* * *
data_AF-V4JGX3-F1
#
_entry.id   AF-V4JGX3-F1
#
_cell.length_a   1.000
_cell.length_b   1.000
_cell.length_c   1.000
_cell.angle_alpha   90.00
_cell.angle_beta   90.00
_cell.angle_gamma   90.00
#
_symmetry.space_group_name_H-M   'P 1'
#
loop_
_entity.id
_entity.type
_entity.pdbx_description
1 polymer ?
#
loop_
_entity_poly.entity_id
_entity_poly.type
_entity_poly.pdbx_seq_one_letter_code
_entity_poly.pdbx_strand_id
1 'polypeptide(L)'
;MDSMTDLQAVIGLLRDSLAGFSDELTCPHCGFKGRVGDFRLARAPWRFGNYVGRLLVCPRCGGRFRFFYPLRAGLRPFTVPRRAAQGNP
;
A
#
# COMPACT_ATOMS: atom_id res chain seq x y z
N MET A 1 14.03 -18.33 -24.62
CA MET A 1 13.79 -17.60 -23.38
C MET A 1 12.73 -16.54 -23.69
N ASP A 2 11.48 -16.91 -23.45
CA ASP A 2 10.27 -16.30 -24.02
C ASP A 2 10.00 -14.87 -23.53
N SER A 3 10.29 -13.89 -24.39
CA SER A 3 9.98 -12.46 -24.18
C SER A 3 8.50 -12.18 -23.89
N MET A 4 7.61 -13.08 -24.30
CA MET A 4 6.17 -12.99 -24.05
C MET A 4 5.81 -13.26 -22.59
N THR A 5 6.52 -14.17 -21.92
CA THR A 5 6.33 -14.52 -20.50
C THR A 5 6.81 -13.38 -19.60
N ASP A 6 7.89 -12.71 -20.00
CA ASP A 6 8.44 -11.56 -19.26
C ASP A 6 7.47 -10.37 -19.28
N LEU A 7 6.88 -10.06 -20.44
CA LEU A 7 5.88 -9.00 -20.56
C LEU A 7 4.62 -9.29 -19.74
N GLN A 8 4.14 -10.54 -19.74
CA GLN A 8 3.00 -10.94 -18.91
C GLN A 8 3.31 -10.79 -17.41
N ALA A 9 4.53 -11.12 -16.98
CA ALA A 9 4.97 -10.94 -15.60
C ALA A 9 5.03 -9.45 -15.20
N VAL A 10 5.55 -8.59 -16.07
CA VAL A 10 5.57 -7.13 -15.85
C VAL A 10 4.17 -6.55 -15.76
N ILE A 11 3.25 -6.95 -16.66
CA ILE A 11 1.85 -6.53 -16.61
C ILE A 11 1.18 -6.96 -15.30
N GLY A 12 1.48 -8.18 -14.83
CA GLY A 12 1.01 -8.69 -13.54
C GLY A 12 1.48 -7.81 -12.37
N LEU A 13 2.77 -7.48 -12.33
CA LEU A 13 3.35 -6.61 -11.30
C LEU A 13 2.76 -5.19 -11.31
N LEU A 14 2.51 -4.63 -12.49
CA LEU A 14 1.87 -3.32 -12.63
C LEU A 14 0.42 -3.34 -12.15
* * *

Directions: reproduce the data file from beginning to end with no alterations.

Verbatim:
data_AF-V4JGX3-F1
#
_entry.id   AF-V4JGX3-F1
#
_cell.length_a   1.000
_cell.length_b   1.000
_cell.length_c   1.000
_cell.angle_alpha   90.00
_cell.angle_beta   90.00
_cell.angle_gamma   90.00
#
_symmetry.space_group_name_H-M   'P 1'
#
loop_
_entity.id
_entity.type
_entity.pdbx_description
1 polymer ?
#
loop_
_entity_poly.entity_id
_entity_poly.type
_entity_poly.pdbx_seq_one_letter_code
_entity_poly.pdbx_strand_id
1 'polypeptide(L)'
;MDSMTDLQAVIGLLRDSLAGFSDELTCPHCGFKGRVGDFRLARAPWRFGNYVGRLLVCPRCGGRFRFFYPLRAGLRPFTVPRRAAQGNP
;
A
#
# COMPACT_ATOMS: atom_id res chain seq x y z
N MET A 1 14.03 -18.33 -24.62
CA MET A 1 13.79 -17.60 -23.38
C MET A 1 12.73 -16.54 -23.69
N ASP A 2 11.48 -16.91 -23.45
CA ASP A 2 10.27 -16.30 -24.02
C ASP A 2 10.00 -14.87 -23.53
N SER A 3 10.29 -13.89 -24.39
CA SER A 3 9.98 -12.46 -24.18
C SER A 3 8.50 -12.18 -23.89
N MET A 4 7.61 -13.08 -24.30
CA MET A 4 6.17 -12.99 -24.05
C MET A 4 5.81 -13.26 -22.59
N THR A 5 6.52 -14.17 -21.92
CA THR A 5 6.33 -14.52 -20.50
C THR A 5 6.81 -13.38 -19.60
N ASP A 6 7.89 -12.71 -20.00
CA ASP A 6 8.44 -11.56 -19.26
C ASP A 6 7.47 -10.37 -19.28
N LEU A 7 6.88 -10.06 -20.44
CA LEU A 7 5.88 -9.00 -20.56
C LEU A 7 4.62 -9.29 -19.74
N GLN A 8 4.14 -10.54 -19.74
CA GLN A 8 3.00 -10.94 -18.91
C GLN A 8 3.31 -10.79 -17.41
N ALA A 9 4.53 -11.12 -16.98
CA ALA A 9 4.97 -10.94 -15.60
C ALA A 9 5.03 -9.45 -15.20
N VAL A 10 5.55 -8.59 -16.07
CA VAL A 10 5.57 -7.13 -15.85
C VAL A 10 4.17 -6.55 -15.76
N ILE A 11 3.25 -6.95 -16.66
CA ILE A 11 1.85 -6.53 -16.61
C ILE A 11 1.18 -6.96 -15.30
N GLY A 12 1.48 -8.18 -14.83
CA GLY A 12 1.01 -8.69 -13.54
C GLY A 12 1.48 -7.81 -12.37
N LEU A 13 2.77 -7.48 -12.33
CA LEU A 13 3.35 -6.61 -11.30
C LEU A 13 2.76 -5.19 -11.31
N LEU A 14 2.51 -4.63 -12.49
CA LEU A 14 1.87 -3.32 -12.63
C LEU A 14 0.42 -3.34 -12.15